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the relationship between energy and three-momentum (the more of one, the more of the other) that we know and love might break down.
Note that it's not enough just for Lorentz invariance to no longer hold. As I pointed out earlier, even in Newtonian mechanics, large 3-momentum and large energy go together. The hypothesized dispersion relation that would cause this linkage to be violated is much more of a speculative hypothesis than just "Lorentz invariance breaks down".
 
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Note that it's not enough just for Lorentz invariance to no longer hold. As I pointed out earlier, even in Newtonian mechanics, large 3-momentum and large energy go together. The hypothesized dispersion relation that would cause this linkage to be violated is much more of a speculative hypothesis than just "Lorentz invariance breaks down".
What is supposed to be the normal dispersion relation formula and values that gives large momenta and large energy?

For instance, if the dispersion relation is something like
$$\omega^2=c_0+c_2{\bf k}^2+c_4{\bf k}^4+...$$
with ##c_0=m^2\geq 0##, ##c_2=1## and ##c_4<0##, then one can have small energy ##\omega## for a sufficiently large momentum ##|{\bf k}|##.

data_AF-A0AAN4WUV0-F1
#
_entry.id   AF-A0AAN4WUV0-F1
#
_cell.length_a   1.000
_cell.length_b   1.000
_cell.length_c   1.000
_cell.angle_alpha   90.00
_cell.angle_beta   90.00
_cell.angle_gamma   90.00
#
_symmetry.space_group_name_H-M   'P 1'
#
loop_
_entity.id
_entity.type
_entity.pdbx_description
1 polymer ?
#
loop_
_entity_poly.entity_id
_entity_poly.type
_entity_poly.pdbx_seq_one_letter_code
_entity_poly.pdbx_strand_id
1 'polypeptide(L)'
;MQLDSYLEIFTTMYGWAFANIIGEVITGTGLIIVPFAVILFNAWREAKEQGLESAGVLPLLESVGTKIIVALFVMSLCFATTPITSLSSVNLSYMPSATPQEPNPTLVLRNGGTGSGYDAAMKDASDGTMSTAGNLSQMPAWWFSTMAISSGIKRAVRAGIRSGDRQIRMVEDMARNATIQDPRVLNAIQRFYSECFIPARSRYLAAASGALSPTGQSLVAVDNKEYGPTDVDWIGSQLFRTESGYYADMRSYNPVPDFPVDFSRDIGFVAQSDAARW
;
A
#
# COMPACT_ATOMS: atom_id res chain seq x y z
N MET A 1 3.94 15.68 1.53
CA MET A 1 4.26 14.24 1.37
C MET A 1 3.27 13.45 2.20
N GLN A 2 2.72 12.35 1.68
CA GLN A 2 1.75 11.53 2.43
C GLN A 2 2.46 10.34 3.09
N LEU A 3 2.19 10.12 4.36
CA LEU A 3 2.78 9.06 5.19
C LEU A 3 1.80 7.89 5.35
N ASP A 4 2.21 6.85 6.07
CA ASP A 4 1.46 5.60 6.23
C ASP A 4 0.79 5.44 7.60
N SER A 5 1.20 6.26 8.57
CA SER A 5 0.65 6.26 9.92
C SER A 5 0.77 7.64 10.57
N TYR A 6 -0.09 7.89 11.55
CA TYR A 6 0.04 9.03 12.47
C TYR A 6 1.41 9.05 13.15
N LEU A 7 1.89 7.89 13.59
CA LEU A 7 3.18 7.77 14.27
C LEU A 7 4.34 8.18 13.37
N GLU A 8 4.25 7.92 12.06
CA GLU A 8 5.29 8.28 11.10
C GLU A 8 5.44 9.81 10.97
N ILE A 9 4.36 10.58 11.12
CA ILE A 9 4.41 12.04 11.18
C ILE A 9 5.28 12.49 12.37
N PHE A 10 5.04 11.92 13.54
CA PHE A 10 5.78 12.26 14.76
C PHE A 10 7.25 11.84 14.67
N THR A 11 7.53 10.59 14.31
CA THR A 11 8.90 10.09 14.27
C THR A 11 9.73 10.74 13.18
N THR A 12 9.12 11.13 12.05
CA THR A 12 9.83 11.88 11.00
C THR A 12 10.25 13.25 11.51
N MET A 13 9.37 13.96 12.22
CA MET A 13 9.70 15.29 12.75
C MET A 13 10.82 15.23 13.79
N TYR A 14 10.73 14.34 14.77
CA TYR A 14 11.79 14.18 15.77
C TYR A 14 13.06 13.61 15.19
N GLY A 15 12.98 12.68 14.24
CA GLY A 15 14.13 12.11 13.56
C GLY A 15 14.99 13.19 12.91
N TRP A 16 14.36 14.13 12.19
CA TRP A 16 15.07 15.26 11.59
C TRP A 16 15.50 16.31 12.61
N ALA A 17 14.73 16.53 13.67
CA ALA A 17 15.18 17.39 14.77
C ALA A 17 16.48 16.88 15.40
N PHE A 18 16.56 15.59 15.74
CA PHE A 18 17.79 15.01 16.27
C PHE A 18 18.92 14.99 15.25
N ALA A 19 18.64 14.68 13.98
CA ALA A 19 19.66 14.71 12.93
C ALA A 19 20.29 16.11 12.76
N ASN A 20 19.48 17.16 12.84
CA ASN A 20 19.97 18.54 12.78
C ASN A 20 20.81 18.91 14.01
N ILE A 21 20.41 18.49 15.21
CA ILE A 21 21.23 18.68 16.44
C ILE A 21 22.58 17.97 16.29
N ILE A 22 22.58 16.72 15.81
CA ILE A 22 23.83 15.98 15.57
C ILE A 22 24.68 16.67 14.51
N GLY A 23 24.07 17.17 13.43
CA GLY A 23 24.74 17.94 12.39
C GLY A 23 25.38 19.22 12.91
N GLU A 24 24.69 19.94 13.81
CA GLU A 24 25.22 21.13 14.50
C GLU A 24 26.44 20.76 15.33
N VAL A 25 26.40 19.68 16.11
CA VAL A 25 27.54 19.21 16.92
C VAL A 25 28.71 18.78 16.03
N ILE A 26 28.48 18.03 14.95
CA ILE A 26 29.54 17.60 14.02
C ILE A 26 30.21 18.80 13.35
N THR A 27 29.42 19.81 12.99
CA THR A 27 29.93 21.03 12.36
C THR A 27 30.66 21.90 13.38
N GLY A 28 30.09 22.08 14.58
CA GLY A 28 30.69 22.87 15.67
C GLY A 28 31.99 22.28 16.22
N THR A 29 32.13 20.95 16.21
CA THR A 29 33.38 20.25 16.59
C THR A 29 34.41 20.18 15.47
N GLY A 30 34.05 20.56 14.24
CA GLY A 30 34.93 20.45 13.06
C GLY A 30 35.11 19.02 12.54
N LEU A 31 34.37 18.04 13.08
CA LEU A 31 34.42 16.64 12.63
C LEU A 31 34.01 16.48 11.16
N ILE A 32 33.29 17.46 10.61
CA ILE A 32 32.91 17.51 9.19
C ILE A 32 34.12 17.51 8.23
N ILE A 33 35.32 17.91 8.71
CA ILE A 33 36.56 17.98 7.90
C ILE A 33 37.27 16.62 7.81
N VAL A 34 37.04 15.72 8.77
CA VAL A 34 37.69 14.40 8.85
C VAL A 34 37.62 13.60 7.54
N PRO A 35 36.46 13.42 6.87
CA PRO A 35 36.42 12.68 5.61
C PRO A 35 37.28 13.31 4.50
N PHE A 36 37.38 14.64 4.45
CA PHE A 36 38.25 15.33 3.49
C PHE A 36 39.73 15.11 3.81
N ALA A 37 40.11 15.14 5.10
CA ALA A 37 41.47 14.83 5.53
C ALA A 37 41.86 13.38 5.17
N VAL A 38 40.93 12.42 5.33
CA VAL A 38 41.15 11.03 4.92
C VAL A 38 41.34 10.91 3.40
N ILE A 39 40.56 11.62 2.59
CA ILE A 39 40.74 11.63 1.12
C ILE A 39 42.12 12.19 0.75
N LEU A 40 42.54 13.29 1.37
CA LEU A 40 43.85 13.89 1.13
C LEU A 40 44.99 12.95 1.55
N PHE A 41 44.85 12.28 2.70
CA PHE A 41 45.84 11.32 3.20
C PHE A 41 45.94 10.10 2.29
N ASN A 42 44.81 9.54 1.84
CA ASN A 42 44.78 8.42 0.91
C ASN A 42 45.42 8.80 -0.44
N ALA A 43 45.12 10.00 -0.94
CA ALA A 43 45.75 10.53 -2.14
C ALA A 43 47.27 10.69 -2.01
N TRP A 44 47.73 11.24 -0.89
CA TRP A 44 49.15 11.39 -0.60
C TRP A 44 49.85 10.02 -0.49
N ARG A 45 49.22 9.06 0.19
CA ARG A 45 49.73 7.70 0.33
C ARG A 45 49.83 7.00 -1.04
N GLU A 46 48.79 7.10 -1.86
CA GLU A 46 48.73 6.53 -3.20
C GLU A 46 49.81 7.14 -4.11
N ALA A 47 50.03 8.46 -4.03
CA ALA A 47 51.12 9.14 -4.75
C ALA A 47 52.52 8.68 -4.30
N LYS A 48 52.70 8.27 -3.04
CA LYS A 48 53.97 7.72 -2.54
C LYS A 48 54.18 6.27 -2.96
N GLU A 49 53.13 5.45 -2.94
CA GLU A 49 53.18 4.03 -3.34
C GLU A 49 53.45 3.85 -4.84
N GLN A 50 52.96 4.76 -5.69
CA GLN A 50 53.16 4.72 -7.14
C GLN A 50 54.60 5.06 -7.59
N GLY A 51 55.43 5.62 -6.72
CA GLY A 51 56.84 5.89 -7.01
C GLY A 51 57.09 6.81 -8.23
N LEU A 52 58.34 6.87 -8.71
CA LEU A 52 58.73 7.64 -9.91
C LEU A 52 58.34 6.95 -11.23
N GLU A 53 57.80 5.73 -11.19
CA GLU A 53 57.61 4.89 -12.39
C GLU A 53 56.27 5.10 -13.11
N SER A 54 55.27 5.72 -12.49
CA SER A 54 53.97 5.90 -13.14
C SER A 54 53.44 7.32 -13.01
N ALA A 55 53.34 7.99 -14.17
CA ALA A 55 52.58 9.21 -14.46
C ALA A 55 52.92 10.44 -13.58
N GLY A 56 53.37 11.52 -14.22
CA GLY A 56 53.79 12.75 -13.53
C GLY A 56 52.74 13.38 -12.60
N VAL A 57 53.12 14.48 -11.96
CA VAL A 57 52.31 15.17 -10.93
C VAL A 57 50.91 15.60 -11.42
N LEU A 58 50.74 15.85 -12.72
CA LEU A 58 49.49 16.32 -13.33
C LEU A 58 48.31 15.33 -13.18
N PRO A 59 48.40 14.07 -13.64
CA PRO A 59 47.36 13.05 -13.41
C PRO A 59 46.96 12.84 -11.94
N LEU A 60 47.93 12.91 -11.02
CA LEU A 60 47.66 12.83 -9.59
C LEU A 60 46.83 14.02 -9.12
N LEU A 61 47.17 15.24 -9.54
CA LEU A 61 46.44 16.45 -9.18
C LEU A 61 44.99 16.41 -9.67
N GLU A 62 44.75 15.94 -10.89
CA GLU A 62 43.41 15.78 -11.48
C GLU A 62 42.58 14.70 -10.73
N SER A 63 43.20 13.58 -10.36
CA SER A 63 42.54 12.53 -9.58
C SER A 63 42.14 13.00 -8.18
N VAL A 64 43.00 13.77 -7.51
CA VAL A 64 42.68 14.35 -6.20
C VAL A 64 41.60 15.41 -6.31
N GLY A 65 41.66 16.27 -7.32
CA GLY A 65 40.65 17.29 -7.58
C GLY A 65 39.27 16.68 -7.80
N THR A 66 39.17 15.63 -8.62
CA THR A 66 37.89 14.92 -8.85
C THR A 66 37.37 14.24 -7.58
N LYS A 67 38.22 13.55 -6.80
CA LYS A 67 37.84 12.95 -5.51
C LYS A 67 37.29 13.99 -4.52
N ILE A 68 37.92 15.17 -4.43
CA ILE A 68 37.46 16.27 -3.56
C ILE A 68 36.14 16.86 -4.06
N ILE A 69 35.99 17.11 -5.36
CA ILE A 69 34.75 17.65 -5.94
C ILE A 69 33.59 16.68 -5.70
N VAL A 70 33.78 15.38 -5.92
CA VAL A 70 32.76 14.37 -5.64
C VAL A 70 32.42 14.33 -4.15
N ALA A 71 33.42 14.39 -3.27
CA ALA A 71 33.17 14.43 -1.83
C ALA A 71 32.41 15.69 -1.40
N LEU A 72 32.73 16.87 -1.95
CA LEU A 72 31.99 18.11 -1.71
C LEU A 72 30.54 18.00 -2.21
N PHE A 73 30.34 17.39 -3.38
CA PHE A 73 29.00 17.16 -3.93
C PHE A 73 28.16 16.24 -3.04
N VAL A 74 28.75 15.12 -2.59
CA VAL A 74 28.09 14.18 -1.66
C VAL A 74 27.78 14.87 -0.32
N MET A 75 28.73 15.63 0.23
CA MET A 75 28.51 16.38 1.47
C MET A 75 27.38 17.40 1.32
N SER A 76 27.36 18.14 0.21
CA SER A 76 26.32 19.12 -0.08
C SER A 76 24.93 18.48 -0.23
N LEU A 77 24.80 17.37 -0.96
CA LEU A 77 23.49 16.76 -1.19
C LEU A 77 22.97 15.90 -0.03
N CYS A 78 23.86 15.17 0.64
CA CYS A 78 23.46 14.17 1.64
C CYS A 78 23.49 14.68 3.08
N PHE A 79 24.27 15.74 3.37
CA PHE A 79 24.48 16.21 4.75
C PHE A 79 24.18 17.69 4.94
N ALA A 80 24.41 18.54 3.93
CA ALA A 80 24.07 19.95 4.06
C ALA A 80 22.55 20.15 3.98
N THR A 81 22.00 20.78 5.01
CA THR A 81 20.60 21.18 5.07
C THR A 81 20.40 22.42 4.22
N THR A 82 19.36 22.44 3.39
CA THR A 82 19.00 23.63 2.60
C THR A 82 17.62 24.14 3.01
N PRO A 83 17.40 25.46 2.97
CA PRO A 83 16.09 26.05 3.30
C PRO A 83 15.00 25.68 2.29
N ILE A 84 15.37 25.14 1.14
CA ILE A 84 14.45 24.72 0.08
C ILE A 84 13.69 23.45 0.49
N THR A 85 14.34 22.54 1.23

Nugatory

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Note that it's not enough just for Lorentz invariance to no longer hold
That’s right - perhaps the word “might” needs as much emphasis as the word “if”.
 
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What is supposed to be the normal dispersion relation formula and values that gives large momenta and large energy?
The relativistic dispersion relation is ##E = \sqrt{p^2 + m^2}##. The non-relativistic one is ##E = p^2 / 2m##. Both of them obviously imply that large ##p## means large ##E##.
 
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The relativistic dispersion relation is ##E = \sqrt{p^2 + m^2}##. The non-relativistic one is ##E = p^2 / 2m##. Both of them obviously imply that large ##p## means large ##E##.
What is its equivalent in terms of the following (in quote)? What are the normal values of
##c_0##, ##c_2## and ##c_4## ? Where does for example the term
$$c_2{\bf k}^2+c_4{\bf k}^4+...$$ come from?

For instance, if the dispersion relation is something like
$$\omega^2=c_0+c_2{\bf k}^2+c_4{\bf k}^4+...$$
with ##c_0=m^2\geq 0##, ##c_2=1## and ##c_4<0##, then one can have small energy ##\omega## for a sufficiently large momentum ##|{\bf k}|##.
 
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What is its equivalent in terms of the following (in quote)?
I have told you multiple times now that questions about the particular speculative hypothesis you are asking about need to be asked in the Beyond the Standard Model forum, not this one. There is even a thread on it in that forum; you've linked to it yourself. If you have questions about it, you can ask them there.

This thread is closed.